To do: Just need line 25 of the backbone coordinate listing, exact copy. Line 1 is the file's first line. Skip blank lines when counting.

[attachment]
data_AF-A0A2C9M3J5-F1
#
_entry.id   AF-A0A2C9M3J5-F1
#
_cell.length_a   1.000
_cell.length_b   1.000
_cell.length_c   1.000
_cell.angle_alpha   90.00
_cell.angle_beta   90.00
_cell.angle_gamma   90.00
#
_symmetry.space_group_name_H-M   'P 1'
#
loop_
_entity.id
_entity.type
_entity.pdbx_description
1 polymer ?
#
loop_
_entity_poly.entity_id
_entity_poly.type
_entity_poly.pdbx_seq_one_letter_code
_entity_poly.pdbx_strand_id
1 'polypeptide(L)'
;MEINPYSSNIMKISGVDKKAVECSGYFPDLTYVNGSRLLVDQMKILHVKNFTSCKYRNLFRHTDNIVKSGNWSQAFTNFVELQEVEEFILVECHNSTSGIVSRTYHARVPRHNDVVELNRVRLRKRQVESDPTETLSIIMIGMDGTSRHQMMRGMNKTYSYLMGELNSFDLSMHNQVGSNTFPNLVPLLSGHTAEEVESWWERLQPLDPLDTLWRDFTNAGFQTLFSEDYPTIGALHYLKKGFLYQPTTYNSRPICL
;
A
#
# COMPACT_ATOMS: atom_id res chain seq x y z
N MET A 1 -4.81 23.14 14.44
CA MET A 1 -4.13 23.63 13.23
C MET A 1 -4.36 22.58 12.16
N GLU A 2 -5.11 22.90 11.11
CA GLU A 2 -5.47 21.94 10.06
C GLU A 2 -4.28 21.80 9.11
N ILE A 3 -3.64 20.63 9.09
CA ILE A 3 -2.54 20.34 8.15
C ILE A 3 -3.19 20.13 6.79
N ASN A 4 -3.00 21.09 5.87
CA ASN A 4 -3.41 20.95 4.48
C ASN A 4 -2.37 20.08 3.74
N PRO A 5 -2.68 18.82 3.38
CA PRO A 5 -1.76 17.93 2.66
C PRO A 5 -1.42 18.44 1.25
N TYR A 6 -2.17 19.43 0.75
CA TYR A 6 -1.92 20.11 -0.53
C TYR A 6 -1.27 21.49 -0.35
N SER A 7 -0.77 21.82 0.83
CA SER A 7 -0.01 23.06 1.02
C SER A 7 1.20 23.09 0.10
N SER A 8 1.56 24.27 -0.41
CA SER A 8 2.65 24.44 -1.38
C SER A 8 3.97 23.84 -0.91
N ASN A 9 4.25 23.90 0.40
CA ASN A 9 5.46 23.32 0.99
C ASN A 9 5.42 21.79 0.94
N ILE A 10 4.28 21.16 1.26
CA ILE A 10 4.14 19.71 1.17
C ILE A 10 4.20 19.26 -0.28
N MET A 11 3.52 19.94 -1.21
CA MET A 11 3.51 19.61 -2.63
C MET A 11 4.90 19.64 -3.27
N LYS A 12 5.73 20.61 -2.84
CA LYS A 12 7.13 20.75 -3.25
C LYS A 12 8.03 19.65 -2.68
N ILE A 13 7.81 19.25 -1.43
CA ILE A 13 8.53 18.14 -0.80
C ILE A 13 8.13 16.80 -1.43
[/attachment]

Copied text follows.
1 'polypeptide(L)'